The Good: The Whole Darn Running Game
Iowa’s offensive line was opening up holes so big on Saturday that Mark Weisman could’ve run through them without seeing contact until five yards down the field. On the day the Hawkeyes rushed for 266 yards on 45 attempts, a 5.9-yard average, and accounted for 14 of Iowa’s 31 points. True, Nebraska’s rush defense is porous, but the Iowa offensive line was simply overpowering the Cornhuskers, something Scott Frost & Co. hadn’t seen since they lined up against Wisconsin in the first week of October.
Mekhi Sargent was Iowa’s offensive player of the game, rushing 26 times for 173 yards, a 6.7-yard average, and a touchdown. He also caught three passes for four yards and a touchdown. Sargent wasn’t just his elusive self; he was running like a man who was pissed off that he dominated at Iowa Western CC and no one gave him the time of day (except Iowa), including Nebraska. See here:
Of note: He wasn’t actually tackled on that play.
Toren Young had a solid day as well, carrying 18 times for 83 yards, a 4.6-yard average, and scored a touchdown. Again, Nebraska’s run defense is bad (90th in the nation), but Iowa has been able to effectively run the ball for two consecutive weeks. Their success should be attributed in part to the weakness of their opponents as well as their decision to platoon, instead of going with a three-headed monster. Against Illinois, only Sargent and Young had more than five carries. Against Nebraska, the same. Allowing two guys to get steady carries and develop some sort of momentum makes running the ball so much easier.
I’ve been a Toren Young stan all year as he’s been Iowa’s most consistent running back. But over the past two weeks, Sargent has shown that he has the toughness to be a Power 5 running back and has a little more spirit when coming out of the backfield. Plus, he can catch the ball in space, something Iowa doesn’t expect Young to do that often. I’m not sure who will be the #1 back in 2019, but either option appears to be a solid one moving forward.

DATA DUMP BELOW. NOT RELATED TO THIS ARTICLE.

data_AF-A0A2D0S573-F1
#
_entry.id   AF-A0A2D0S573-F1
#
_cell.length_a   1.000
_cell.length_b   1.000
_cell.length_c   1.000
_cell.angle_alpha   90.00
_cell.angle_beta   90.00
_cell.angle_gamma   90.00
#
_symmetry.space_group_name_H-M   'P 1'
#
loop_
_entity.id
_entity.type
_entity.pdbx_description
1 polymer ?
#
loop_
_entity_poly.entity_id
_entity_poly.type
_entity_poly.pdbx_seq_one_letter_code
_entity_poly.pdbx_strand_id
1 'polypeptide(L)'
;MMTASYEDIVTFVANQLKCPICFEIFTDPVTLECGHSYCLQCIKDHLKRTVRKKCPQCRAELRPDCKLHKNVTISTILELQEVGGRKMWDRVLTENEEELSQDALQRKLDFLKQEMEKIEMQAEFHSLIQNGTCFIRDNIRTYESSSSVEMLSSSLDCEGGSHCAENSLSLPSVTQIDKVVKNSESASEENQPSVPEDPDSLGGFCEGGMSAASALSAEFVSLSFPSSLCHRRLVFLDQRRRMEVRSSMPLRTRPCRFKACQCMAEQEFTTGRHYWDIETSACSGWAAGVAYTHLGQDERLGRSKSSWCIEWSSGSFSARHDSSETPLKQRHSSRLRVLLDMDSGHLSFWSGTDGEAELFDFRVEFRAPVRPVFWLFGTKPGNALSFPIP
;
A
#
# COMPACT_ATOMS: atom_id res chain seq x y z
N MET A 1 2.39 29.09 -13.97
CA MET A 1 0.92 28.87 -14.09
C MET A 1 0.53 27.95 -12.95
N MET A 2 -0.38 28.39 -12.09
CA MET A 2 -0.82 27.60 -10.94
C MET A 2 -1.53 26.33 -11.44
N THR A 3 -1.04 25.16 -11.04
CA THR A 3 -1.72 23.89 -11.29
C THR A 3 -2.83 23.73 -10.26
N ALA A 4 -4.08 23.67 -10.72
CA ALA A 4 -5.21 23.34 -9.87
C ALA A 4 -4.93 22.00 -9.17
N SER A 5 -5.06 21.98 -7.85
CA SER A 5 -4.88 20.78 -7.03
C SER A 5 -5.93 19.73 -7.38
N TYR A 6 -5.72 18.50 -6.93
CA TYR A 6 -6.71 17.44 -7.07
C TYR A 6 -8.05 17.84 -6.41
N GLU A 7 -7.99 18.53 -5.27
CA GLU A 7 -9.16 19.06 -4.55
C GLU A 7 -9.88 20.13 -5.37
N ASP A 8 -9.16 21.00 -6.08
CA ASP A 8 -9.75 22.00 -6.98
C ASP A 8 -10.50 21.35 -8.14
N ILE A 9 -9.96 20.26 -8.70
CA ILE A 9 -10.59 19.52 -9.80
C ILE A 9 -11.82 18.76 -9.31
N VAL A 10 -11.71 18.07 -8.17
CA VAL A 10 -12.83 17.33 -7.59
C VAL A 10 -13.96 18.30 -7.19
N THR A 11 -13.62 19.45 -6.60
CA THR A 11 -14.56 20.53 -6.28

Honorary Mention: A.J. Epenesa, Anthony Nelson, Michael Ojemudia.
The Bad: Nate Stanley’s Deep Ball Accuracy
We’re now two full seasons into the Nate Stanley era and one thing is painfully evident: he will never be able to consistently throw a deep ball. Sure, there are bright spots (typically to Brandon Smith) but for every excellent deep pass, there are 3-4 inexplicable ones that he didn't hit (typically to Noah Fant). This was the worst one against Nebraska:
Noah Fant TE#87 Iowa Hawkeyes. Para m el mejor TE si se presenta al prximo draft. Observad la aceleracin. Telita con el pase de Stanley BTW pic.twitter.com/0tYZzX7XIo— Los Cachorros NCAAF (@CachorrosNCAAF) November 23, 2018
Why is that Tweet in Spanish? I don’t know. Maybe even the Hispanic fans that were watching the game couldn’t believe that he missed Fant for what could’ve been a touchdown. Stanley misses Fant on deep balls like Nate Kaeding misses game-winning kicks in the playoffs. It’s inexplicable, but it happens.
And look, you can believe that something we haven’t seen any evidence of changing will somehow change in year three. If you’re that optimistic, bully to you. But all of the evidence points to Nate Stanley being a good, not great, Iowa quarterback that will limit mistakes and rarely wow you. If a quarterback cannot consistently make his deep throws he will not change the dynamic of a game. Stanley is an 8-4 quarterback and I guess that’s what Ferentz wants.